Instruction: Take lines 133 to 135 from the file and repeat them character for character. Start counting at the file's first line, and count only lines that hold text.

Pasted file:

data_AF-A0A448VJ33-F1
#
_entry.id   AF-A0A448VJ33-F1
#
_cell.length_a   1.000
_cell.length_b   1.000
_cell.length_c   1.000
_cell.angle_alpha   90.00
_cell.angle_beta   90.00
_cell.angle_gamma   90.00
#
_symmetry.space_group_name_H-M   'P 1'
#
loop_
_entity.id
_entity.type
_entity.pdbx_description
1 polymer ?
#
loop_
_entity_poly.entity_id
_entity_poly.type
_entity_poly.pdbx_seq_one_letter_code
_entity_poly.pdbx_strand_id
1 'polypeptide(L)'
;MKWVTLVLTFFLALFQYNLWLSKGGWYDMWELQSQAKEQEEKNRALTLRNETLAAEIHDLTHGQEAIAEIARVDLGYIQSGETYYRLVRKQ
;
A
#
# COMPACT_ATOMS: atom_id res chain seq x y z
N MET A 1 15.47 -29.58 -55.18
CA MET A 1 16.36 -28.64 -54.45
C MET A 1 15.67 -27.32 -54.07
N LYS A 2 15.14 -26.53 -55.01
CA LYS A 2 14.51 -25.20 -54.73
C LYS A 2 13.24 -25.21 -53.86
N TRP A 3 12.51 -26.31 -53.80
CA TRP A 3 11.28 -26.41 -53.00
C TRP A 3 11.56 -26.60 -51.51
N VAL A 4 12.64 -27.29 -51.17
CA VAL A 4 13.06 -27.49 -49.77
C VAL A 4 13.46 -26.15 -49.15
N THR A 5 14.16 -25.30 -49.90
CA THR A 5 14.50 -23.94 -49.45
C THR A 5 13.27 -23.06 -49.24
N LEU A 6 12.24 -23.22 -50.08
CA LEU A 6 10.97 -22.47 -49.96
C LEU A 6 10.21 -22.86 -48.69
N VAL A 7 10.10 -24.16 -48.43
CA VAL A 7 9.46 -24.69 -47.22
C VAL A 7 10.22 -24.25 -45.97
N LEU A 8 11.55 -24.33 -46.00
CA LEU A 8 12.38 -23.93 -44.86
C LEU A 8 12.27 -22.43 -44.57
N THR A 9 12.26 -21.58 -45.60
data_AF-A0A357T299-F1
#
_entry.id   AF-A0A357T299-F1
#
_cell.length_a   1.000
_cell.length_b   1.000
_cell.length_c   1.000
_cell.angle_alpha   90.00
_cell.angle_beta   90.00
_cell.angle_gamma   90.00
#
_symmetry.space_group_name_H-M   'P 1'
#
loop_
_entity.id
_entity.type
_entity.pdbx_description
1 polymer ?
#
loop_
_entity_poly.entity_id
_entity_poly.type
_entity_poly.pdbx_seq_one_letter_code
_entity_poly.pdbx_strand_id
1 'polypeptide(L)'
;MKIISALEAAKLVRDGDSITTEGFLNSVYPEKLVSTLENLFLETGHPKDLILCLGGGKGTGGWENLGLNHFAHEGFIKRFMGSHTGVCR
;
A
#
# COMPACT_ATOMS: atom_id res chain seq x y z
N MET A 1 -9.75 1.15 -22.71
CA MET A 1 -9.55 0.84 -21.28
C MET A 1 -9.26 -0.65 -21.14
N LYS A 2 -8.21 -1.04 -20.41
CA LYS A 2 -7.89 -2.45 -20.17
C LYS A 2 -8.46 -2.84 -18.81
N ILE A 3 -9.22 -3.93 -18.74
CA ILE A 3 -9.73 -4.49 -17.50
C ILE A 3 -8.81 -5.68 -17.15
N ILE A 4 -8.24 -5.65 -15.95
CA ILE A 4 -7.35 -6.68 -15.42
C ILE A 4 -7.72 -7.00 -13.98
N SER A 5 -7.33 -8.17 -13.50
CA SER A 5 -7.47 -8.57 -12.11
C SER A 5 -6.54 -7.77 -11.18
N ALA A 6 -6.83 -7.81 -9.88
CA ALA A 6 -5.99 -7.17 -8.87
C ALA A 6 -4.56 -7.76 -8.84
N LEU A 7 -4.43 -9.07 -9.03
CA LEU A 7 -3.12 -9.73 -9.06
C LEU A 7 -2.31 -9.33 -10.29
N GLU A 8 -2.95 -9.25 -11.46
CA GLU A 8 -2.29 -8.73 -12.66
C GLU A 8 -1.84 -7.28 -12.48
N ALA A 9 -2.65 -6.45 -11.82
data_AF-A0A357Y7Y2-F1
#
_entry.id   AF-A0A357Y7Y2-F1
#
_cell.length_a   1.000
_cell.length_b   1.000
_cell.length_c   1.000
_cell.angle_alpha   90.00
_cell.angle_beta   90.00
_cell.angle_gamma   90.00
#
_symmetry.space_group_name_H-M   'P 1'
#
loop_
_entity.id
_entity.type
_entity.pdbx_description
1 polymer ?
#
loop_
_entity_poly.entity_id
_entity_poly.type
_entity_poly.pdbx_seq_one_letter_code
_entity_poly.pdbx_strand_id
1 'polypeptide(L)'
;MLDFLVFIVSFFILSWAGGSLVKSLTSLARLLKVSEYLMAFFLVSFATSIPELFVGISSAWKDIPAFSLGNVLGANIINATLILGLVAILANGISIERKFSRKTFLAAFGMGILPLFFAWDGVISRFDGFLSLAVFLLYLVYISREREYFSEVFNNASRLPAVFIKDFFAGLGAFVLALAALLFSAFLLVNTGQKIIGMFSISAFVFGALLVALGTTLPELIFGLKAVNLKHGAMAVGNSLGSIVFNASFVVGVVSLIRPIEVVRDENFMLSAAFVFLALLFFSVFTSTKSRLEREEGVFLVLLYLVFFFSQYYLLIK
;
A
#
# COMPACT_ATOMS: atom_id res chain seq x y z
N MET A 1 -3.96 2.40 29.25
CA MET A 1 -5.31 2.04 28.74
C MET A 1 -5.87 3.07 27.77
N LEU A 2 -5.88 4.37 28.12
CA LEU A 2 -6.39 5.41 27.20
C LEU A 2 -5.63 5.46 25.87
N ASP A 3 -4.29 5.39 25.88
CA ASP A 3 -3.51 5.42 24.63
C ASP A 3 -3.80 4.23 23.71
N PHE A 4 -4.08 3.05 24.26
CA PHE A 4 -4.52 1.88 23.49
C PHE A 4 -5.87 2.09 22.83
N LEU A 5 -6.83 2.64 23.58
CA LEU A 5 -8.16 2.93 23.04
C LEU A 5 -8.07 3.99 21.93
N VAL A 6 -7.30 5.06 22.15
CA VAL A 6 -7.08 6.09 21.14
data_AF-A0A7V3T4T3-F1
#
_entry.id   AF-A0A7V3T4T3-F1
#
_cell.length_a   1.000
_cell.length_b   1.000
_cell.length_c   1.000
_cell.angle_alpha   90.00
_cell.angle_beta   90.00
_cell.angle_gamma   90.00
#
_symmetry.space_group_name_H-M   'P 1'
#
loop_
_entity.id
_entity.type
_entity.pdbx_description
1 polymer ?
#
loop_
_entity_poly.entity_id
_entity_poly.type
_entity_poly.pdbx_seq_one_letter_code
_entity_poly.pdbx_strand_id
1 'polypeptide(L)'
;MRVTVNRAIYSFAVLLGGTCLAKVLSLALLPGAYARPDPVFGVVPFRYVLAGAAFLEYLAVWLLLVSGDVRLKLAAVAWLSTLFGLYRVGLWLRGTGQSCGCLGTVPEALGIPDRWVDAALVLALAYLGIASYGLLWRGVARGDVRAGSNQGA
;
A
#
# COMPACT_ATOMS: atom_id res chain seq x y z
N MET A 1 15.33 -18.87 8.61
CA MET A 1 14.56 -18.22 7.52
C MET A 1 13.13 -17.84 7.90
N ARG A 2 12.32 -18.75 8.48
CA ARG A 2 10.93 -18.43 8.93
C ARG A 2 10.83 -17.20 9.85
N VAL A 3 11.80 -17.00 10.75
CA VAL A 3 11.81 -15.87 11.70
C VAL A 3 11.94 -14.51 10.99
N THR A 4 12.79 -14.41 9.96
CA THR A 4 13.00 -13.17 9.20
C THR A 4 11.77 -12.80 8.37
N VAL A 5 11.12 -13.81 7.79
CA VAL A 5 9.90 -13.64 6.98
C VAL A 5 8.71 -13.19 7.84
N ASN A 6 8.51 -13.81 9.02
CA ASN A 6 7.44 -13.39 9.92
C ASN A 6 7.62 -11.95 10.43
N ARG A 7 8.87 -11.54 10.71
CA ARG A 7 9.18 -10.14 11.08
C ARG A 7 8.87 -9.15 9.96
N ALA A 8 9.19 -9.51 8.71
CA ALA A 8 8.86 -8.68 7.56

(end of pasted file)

_entity_poly.pdbx_seq_one_letter_code
_entity_poly.pdbx_strand_id
1 'polypeptide(L)'